Machu Picchu altitude sickness can be an uncomfortable experience that may even ruin your lifetime trip, and hence, it is important to acclimatize or reduce the risks of altitude sickness through appropriate methods. Read our guide for more facts and information…
The route to Machu Picchu involves an impressive range of altitudes, ecosystems and climates. Ascending from the Andean plains to the high cloud-forests involves wide altitude variations. The Inca Trail is among the oldest treks in the world and for many, walking in the footsteps of the ancient Incas is a valuable experience. Altitude sickness or Acute Mountain Sickness (AMS) can complicate the whole trip and even ruin one of the important experiences in one’s lifetime. Hence, it is important to have an idea about this problem and understand the ways to prevent or overcome the problem.
Machu Picchu Altitude Problems
‘Soroche’ is Spanish for altitude sickness and is commonly used to refer to Machu Picchu altitude problems. It usually hits at a height of about 7, 000 feet above sea level, and the possibility increases with increasing altitude. The common symptoms of the problem are strong headache, nausea, light-headedness, stomach discomfort and bleeding in the nose. The main cause for the problem is low atmospheric pressure at higher altitudes. The dry and thin air causes shortness of breath and dehydration, which in turn leads to headaches. Good physical health may not reduce the risk of the problem, but people who already live in high-altitude cities are not likely to suffer from altitude sickness. There are several ways to reduce the risk andmake the trip fruitful.
Machu Picchu Altitude Sickness
Medication Altitude sickness can be prevented by taking over-the-counter medicines, chewing coca leaves or through acclimatization. Acclimatizing about 600 meters per day can be favorable. Visitors may arrive at Cusco three days before their scheduled Inca Trail trek, as this will help them get used to the altitude. As dehydration is the main cause of altitude sickness, it is important to consume adequate quantities of fluids. Fatty foods, caffeine, alcohol, smoking and overeating must be avoided. Diamox or acetazolamide is a helpful medication for acclimatization, but side-effects, such as anorexia, frequent urination, nausea, and taste alteration must be considered. A concoction of coca leaves called Mate de coca is a legal drink in Peru, and can help prevent altitude sickness.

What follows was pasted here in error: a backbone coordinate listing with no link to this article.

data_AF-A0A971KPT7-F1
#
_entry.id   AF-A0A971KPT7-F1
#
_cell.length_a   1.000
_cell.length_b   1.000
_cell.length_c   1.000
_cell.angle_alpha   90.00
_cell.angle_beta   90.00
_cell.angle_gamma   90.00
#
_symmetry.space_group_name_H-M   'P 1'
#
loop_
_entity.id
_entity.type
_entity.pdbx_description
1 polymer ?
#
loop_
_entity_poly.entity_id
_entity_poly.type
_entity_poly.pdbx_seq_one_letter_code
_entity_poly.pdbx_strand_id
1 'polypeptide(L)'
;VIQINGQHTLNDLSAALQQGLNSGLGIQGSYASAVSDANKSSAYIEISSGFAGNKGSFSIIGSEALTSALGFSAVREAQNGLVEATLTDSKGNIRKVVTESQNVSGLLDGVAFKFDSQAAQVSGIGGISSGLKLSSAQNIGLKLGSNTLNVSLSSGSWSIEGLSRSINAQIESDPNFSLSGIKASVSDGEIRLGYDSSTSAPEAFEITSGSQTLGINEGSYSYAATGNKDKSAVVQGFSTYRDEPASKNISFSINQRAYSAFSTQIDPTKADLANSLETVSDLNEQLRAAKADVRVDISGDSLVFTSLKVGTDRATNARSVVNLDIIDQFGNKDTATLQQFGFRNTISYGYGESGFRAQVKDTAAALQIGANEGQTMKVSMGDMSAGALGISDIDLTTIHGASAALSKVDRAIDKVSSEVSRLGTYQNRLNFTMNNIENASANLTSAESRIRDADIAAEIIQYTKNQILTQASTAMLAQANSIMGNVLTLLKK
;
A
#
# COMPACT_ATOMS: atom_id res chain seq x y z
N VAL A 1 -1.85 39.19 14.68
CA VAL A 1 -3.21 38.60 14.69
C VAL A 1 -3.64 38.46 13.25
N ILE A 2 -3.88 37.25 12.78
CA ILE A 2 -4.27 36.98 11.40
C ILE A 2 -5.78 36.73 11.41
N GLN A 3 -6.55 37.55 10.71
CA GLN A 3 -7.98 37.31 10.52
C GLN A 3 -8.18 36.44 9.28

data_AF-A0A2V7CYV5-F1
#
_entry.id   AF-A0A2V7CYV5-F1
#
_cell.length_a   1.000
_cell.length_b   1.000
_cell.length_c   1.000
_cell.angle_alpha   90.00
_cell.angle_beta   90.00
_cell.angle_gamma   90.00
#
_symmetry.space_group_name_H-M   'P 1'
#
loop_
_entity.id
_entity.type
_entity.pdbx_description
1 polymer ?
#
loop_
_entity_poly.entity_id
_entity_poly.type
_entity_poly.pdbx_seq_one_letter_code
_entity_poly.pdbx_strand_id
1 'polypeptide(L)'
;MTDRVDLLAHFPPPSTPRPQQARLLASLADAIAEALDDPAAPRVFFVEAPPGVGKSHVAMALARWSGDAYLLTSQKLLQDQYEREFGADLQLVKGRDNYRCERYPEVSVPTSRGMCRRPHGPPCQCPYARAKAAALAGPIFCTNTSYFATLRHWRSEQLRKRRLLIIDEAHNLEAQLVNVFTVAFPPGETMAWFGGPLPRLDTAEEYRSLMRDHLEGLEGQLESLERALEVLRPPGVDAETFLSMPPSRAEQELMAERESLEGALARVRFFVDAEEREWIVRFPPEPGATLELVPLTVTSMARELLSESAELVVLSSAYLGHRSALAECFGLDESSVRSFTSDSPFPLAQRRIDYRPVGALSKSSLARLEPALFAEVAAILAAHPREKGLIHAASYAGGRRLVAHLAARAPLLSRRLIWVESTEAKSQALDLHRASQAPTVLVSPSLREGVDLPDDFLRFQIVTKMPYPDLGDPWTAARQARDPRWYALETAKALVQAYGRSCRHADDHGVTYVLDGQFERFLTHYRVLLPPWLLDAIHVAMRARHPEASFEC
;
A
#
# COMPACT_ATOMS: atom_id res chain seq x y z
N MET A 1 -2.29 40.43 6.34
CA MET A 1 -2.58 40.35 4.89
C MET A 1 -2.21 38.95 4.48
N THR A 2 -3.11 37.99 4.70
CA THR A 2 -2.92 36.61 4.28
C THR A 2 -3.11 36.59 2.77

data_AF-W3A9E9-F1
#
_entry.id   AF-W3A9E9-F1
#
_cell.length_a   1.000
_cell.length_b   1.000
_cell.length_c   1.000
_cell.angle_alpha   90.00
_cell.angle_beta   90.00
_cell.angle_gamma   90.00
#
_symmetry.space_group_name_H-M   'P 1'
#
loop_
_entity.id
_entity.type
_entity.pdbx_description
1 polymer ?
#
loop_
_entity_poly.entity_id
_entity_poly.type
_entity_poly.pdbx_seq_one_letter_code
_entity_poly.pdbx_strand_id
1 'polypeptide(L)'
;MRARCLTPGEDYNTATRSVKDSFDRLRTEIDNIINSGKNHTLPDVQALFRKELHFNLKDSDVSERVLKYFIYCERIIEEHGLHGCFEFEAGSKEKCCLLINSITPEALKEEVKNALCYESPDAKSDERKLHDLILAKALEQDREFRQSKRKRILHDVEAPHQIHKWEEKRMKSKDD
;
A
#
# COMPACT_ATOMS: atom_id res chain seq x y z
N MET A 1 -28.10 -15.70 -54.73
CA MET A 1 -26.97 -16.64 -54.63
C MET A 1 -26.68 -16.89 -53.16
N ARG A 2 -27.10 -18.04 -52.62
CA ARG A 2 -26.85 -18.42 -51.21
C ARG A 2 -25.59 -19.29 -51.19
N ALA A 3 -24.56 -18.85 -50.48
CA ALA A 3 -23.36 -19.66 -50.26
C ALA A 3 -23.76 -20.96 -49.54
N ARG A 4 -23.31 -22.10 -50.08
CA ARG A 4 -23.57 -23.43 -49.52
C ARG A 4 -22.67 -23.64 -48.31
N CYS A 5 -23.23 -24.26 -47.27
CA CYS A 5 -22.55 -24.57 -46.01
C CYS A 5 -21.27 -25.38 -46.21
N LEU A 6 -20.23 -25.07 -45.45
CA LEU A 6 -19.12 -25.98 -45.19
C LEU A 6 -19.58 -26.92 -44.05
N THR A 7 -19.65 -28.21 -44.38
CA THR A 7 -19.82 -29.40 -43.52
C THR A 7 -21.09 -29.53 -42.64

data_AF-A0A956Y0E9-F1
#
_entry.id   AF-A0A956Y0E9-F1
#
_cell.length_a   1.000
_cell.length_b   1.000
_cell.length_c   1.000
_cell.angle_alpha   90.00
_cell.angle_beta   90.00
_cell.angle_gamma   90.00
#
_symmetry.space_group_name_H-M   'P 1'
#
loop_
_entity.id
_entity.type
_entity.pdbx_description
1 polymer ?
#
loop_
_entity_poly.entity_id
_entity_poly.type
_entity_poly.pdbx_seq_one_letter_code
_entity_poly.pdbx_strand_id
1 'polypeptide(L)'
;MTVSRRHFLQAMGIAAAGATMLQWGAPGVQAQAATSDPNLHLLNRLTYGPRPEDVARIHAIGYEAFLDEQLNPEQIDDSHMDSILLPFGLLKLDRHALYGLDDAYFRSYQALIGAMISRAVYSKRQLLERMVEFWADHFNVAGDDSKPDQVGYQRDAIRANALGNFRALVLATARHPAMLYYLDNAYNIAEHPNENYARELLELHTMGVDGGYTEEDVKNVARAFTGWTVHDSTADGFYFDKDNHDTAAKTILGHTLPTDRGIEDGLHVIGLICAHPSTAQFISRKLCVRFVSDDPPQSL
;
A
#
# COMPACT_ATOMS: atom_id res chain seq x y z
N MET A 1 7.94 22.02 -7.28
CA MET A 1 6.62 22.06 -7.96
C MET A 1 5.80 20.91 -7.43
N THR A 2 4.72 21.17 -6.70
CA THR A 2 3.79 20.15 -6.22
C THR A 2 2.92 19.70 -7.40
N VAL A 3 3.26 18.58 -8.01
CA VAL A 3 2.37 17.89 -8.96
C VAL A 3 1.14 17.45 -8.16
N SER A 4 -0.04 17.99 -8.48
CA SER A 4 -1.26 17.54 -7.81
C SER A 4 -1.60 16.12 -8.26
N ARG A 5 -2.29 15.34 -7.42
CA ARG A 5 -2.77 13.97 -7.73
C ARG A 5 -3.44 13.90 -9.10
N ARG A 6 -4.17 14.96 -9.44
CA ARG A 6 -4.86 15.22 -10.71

Machu Picchu Altitude Cuzco
It is important to gather information about the approximate altitudesof the places that may be involved in the trip. Machu Picchu altitude Cuzco of 10,800 feet is an inevitable part of the journey and prolonging the stay at this point will be helpful for acclimatization. Ollantaytambo located at 9,150 feet in the Sacred Valley is an important departure station for Machu Picchu trains. Puno is at 12,840 feet. The path to the Machu Picchu elevation level at 8,040 feet passes through several altitudes, including the high-altitude pass of Warmiwanuska. The trek culminates in the majestic entrance called Intipunko, viz. the Gateway of the Sun.
The Inca Trail to Machu Picchu altitude is a thrilling high-mountain experience through glacial peaks, descending towards lush forests in the clouds. There are well-preserved Inca ruins along the path and the Trail trek is a valuable experience for pilgrims and spiritual-minded people.